Last month I was on a company photography trip that took me to two of our newest homes; a Deck House in Florida and an Acorn Home in North Carolina. Both homes are on the Intracoastal Waterway and have fantastic views but challenging lots. Great owners, creative designers and smart builders collaborated for these beautiful homes.

 

Florida Deck House 9930

9930 Oceanside web

Here are some of the original Project Manager notes:

  • ‘Heritage 9209’ plan as basis for design direction
  • Mirror image of plan (garage on left), as they prefer the open views on right hand side. Home to be parallel to river with garage angled to fit narrow building envelope (83 feet wide, max). House footprint will probably need to be reduced as well – great room is quite large, so perhaps can reduce. Will probably go with metal roof.
  • 5 Bedroom total (master, 2 @ second level and 2@ garage), plus upstairs “Bedroom 2” to be converted to ‘man cave’ with storage/WIC modified to be a kitchenette (cabinets/sink/small fridge/microwave)
  • 5 full and 1 – 1/2 baths. Eliminate ½ bath on right of entry and make bath with shower to left or right of deck to use as a ‘cabana bath’ (with entry from inside and outside).
  • Increase garage to 4 car with mother-in-law suite above for 90+ mother-in-law: 2 BD with connected bath in between and small kitchen (cabinets/sink/small fridge/microwave) and sitting room, if possible
  • Extend deck full length of back of house with windows/sliders full length of back (plan to build a pool in back/close to house)
  • House is in hurricane zone, so will require impact glass and extensive structural engineering review

 While building a home is a challenge in itself, these owners had to navigate the building timetable around an endangered turtle migration period! (Nice to have a prefabricated home where the timetable can be managed and changed easily.)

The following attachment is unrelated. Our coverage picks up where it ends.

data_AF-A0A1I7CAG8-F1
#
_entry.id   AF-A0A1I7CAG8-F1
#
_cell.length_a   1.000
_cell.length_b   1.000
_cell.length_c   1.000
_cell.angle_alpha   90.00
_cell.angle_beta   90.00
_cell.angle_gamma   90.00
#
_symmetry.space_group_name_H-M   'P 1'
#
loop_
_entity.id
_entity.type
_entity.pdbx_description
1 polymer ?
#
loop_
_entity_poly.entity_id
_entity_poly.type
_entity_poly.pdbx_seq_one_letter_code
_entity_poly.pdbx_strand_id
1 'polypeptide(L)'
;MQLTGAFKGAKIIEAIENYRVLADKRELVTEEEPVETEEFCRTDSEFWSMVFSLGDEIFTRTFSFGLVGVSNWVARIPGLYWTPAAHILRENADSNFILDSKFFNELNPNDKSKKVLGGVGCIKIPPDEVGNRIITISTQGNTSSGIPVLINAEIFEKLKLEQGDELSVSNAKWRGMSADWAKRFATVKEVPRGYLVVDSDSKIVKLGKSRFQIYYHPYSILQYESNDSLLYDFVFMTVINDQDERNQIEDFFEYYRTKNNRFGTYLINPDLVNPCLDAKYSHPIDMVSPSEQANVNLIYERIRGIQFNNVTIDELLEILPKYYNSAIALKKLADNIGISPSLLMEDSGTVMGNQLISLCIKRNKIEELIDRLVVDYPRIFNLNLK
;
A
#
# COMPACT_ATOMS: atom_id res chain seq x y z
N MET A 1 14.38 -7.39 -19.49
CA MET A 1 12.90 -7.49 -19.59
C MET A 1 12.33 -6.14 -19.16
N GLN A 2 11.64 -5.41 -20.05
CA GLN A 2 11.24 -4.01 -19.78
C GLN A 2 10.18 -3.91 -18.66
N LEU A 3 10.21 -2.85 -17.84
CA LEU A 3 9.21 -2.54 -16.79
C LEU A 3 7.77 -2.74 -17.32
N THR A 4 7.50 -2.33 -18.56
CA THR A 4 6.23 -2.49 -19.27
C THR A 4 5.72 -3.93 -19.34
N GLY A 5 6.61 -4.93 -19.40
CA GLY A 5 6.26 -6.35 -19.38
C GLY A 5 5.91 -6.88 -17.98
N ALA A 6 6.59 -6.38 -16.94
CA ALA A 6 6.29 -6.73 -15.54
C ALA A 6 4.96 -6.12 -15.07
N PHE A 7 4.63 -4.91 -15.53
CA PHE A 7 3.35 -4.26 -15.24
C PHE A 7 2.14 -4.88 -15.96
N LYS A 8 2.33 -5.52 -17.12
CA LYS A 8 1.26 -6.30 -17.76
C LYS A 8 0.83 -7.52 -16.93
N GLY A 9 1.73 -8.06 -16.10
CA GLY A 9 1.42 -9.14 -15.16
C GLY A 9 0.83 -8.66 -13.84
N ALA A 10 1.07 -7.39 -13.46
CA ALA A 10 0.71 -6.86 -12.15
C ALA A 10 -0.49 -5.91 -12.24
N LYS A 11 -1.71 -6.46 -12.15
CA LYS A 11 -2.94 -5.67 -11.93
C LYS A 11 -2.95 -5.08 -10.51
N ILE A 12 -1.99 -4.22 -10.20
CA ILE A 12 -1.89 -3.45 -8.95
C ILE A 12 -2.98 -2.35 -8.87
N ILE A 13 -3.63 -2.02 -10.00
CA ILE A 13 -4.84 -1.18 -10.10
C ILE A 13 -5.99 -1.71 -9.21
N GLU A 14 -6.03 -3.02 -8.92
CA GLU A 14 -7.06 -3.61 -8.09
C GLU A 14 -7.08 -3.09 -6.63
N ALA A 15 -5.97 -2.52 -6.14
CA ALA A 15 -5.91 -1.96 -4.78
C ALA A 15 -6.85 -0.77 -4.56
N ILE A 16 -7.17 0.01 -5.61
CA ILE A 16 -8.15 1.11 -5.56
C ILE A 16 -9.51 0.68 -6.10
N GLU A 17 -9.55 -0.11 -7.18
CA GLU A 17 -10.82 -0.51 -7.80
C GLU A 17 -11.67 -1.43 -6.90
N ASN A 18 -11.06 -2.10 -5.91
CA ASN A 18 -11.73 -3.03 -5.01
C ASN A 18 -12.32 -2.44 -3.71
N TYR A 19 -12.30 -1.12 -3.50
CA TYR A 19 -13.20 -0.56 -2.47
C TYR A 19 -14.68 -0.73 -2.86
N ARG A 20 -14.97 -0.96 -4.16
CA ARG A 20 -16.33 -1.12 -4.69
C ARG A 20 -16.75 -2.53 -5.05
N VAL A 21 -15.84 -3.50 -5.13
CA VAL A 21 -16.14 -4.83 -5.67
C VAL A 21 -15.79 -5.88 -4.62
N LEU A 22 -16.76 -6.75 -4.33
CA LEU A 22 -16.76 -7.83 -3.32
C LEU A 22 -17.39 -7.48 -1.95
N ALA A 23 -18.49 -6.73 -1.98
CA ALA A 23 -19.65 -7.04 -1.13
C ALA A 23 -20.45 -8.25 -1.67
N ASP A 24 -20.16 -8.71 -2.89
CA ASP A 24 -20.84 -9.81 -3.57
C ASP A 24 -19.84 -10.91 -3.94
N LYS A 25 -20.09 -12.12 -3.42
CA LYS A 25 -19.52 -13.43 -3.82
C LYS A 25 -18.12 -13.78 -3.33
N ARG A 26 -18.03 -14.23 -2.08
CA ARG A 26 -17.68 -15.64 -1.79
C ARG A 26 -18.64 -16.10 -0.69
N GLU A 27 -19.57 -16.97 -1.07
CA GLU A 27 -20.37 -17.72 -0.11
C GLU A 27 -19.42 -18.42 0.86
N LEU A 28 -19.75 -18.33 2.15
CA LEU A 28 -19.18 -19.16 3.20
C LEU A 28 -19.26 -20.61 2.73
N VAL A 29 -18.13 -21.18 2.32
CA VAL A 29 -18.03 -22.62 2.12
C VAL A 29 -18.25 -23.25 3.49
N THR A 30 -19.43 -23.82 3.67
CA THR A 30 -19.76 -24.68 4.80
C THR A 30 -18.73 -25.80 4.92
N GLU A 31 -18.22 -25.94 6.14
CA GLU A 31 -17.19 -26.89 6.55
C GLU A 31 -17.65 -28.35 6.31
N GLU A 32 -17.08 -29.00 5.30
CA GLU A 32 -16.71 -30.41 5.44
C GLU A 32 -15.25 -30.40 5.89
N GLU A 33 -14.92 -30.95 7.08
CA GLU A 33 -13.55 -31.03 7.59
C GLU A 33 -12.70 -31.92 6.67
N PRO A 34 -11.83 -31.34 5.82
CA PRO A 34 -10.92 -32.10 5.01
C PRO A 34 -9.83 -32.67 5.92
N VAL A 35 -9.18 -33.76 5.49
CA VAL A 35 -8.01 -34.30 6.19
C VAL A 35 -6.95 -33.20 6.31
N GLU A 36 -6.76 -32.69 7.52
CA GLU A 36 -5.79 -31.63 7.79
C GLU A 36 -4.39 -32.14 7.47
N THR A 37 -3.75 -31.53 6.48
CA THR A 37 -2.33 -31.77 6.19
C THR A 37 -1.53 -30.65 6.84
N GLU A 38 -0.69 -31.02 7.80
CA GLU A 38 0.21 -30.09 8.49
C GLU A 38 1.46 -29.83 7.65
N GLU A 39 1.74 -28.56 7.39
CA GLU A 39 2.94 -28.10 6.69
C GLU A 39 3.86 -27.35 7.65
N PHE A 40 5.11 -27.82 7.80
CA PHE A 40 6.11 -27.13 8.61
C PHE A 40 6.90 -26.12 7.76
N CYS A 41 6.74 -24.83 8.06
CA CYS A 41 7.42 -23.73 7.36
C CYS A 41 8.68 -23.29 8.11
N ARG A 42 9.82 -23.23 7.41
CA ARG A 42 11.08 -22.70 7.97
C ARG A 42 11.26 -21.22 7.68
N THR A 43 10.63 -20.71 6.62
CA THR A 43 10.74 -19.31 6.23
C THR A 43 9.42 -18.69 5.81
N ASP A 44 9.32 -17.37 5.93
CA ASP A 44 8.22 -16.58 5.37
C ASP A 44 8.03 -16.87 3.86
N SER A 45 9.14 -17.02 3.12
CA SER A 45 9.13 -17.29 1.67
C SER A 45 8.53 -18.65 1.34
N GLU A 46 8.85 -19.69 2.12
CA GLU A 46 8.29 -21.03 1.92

Square Footage:

4150 Living Area
1700 Garage, Porch, Deck Area

Bedrooms

Five

Baths

Six

Special Features:

Mother-in-law apartment upstairs, 4 Door Garage with exposed beams, traditional Deck House ceilings with Acorn Wall and Stair/Railing finishes.

More Pictures: 

 

North Carolina Acorn Home 9900

9900 ExteriorFront 2 Web

Like many of our customers, these owners had a beautiful lot with some challenging code requirements. The house needed to be built 7′ above the natural grade, which is about 9′ above the creek. This necessitated the need for bottom level “breakaway” panels in case of rising tides, hurricane winds and storm surges. The Project Designer says the biggest design challenge was the 44′ maximum building width and how to get uninterrupted views of the Intracoastal Waterway. Recognizing that porches and decks would block the view out and down, the design solution was to create a series of glass corners in the living spaces to focus on the dramatic diagonal water view. Porches and decks shifted to the opposite side of the house where the view would not be affected.

9900_Web_LivingRoom2

Another interesting feature is that the house is designed so an elevator can be installed in case retirement offers some unexpected challenges. It never hurts to think ahead.

While Acorn Deck House Company can recommend builders in most locations, the owners were committed to utilizing the talents of a builder they were already comfortable with. Phil’s input was invaluable from beginning to end, and his creative solutions to some design changes were genius.

Square Footage: 2495 Living Area, 605 Porches, Deck and Lower Level Parking Area Deck

Bedrooms/Office: Four

Baths: Four

Special Features: Flood Zone for 7 Feet

More Pictures: